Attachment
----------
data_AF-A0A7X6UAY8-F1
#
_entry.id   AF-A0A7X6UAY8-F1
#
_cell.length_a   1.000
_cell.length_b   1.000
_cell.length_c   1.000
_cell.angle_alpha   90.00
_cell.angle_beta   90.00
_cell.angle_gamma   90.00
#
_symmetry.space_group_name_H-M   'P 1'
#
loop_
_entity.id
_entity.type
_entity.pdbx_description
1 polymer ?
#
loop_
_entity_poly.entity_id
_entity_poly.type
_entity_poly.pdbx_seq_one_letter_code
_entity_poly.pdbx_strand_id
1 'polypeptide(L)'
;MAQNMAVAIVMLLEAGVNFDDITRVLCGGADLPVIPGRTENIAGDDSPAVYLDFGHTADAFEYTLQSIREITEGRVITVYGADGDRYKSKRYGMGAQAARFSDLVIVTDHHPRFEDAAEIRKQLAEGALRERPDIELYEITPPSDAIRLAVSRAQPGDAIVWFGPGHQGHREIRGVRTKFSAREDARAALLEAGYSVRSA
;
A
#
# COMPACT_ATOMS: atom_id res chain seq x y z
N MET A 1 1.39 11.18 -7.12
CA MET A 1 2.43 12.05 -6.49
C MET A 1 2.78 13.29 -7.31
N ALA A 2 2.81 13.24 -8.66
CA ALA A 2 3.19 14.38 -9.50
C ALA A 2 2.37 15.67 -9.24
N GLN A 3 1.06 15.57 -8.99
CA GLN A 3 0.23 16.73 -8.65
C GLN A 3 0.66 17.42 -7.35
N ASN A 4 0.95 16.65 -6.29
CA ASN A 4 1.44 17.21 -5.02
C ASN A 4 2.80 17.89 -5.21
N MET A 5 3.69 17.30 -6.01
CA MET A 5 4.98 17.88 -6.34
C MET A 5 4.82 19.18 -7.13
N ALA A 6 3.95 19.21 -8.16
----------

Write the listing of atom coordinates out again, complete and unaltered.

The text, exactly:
data_AF-A0A7X6UAY8-F1
#
_entry.id   AF-A0A7X6UAY8-F1
#
_cell.length_a   1.000
_cell.length_b   1.000
_cell.length_c   1.000
_cell.angle_alpha   90.00
_cell.angle_beta   90.00
_cell.angle_gamma   90.00
#
_symmetry.space_group_name_H-M   'P 1'
#
loop_
_entity.id
_entity.type
_entity.pdbx_description
1 polymer ?
#
loop_
_entity_poly.entity_id
_entity_poly.type
_entity_poly.pdbx_seq_one_letter_code
_entity_poly.pdbx_strand_id
1 'polypeptide(L)'
;MAQNMAVAIVMLLEAGVNFDDITRVLCGGADLPVIPGRTENIAGDDSPAVYLDFGHTADAFEYTLQSIREITEGRVITVYGADGDRYKSKRYGMGAQAARFSDLVIVTDHHPRFEDAAEIRKQLAEGALRERPDIELYEITPPSDAIRLAVSRAQPGDAIVWFGPGHQGHREIRGVRTKFSAREDARAALLEAGYSVRSA
;
A
#
# COMPACT_ATOMS: atom_id res chain seq x y z
N MET A 1 1.39 11.18 -7.12
CA MET A 1 2.43 12.05 -6.49
C MET A 1 2.78 13.29 -7.31
N ALA A 2 2.81 13.24 -8.66
CA ALA A 2 3.19 14.38 -9.50
C ALA A 2 2.37 15.67 -9.24
N GLN A 3 1.06 15.57 -8.99
CA GLN A 3 0.23 16.73 -8.65
C GLN A 3 0.66 17.42 -7.35
N ASN A 4 0.95 16.65 -6.29
CA ASN A 4 1.44 17.21 -5.02
C ASN A 4 2.80 17.89 -5.21
N MET A 5 3.69 17.30 -6.01
CA MET A 5 4.98 17.88 -6.34
C MET A 5 4.82 19.18 -7.13
N ALA A 6 3.95 19.21 -8.16